Drive: The Surprising Truth About What Motivates Us Paperback – 13 Jan 2011
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"Daniel Pink has issued a bold and persuasive call to bring our understanding of human motivation out of the realm of folklore and into the realm of science ... Drive will make you rethink everything you do to motivate yourself and those around you." (Richard Wiseman, author of 59 Seconds and Quirkology)
"What really drives high performance? In this eye-opening book, Daniel Pink draws on 40 years of science to offer some surprising answers. He shows the limits of carrots and sticks and explores the hard-headed power of autonomy, mastery, and purpose to help us work smarter and live better." (Chris Anderson, author of The Long Tail and Free)
"Pink is rapidly acquiring international guru status . . . He is an engaging writer, who challenges and provokes." (Financial Times)
"As Dan Pink's new book Drive argues, financial incentives are no longer enough to give a business an edge: in an economy driven by ideas and creativity, it's more effective to give workers a sense of purpose, of mastery, of autonomy over their time and their tasks. Because the only certainty in the decade to come is that disruptive change is going to continue to catch out businesses that are unprepared." (David Rowan Daily Telegraph 2010-01-09)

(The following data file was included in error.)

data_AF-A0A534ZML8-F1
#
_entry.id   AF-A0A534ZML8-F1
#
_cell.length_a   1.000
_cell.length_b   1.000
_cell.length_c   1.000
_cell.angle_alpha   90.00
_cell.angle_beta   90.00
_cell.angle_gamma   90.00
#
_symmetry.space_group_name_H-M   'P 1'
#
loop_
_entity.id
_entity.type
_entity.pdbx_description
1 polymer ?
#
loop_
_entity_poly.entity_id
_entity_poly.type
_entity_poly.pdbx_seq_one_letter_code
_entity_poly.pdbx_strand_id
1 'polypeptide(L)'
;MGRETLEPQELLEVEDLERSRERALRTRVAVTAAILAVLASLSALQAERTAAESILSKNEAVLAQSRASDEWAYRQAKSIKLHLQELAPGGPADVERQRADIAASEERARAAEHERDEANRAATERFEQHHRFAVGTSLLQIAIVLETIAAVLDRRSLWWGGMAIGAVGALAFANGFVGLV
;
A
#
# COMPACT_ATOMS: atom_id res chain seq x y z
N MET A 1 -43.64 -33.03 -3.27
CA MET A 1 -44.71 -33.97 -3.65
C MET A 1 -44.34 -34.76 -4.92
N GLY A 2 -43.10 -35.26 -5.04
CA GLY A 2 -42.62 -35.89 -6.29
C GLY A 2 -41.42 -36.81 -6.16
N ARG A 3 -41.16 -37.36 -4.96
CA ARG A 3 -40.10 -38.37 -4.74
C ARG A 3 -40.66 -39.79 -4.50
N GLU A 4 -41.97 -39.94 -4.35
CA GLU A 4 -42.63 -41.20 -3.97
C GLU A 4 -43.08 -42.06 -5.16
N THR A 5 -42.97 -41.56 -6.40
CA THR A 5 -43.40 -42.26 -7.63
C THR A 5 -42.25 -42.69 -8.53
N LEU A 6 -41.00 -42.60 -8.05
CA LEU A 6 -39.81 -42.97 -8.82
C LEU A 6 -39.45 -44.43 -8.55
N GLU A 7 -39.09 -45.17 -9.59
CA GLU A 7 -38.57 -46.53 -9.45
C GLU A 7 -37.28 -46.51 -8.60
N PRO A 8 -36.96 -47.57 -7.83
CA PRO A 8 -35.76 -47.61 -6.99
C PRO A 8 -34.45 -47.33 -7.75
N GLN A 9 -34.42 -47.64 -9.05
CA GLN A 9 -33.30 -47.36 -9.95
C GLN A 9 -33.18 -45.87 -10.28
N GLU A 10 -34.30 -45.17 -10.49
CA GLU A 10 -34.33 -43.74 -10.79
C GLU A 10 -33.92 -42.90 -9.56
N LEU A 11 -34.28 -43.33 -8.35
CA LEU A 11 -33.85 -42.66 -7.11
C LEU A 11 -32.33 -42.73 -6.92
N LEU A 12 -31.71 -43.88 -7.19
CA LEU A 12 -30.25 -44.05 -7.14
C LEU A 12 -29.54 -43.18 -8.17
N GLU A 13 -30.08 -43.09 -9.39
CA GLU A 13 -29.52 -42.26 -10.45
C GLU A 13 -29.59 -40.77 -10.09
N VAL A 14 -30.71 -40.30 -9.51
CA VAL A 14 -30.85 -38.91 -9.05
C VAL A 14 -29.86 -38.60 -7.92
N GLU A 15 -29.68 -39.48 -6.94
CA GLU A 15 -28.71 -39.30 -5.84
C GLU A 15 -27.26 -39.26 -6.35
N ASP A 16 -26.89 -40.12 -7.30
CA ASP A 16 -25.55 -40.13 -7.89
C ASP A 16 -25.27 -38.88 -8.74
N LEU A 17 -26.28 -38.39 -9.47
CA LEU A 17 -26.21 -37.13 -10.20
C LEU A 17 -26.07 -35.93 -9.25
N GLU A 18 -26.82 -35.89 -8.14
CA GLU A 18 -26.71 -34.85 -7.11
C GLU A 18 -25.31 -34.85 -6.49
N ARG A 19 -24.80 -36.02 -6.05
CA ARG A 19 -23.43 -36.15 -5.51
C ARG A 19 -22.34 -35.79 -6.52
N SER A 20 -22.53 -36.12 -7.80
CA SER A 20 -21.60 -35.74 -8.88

"Drive drives a stake through the bedrock of classic "if-then" motivational theory. It demonstrates in an entertaining way how self-motivated rewards provide their own behavioural alchemy, exposing the mismatch between what science knows and business does." (James Borg, author of PERSUASION: THE ART OF INFLUENCING PEOPLE)
"Drive is the rare book that will get you to think and inspire you to act. Pink makes a strong, science-based case for rethinking motivation - and then provides the tools you need to transform your life." (Dr Mehmet Oz, co-author of YOU: THE OWNER'S MANUAL)
"Pink's ideas deserve a wide hearing. Corporate boards, in fact, could do well by kicking out their pay consultants for an hour and reading Pink's conclusions instead." (Forbes)
"Fascinating . . . If Pink's proselytizing helps persuade employers to make work more fulfilling, Drive will be a powerhouse." (USA Today)
"Pink's analysis-and new model-of motivation offers tremendous insight into our deepest nature." (Publishers Weekly)
"Pink makes a convincing case that organizations ignore intrinsic motivation at their peril." (Scentific American)
"Persuasive . . .Harnessing the power of intrinsic motivation rather than extrinsic remuneration can be thoroughly satisfying and infinitely more rewarding." (Miami Herald)
"These lessons are worth repeating, and if more companies feel emboldened to follow Mr. Pink's advice, then so much the better." (Wall Street Journal)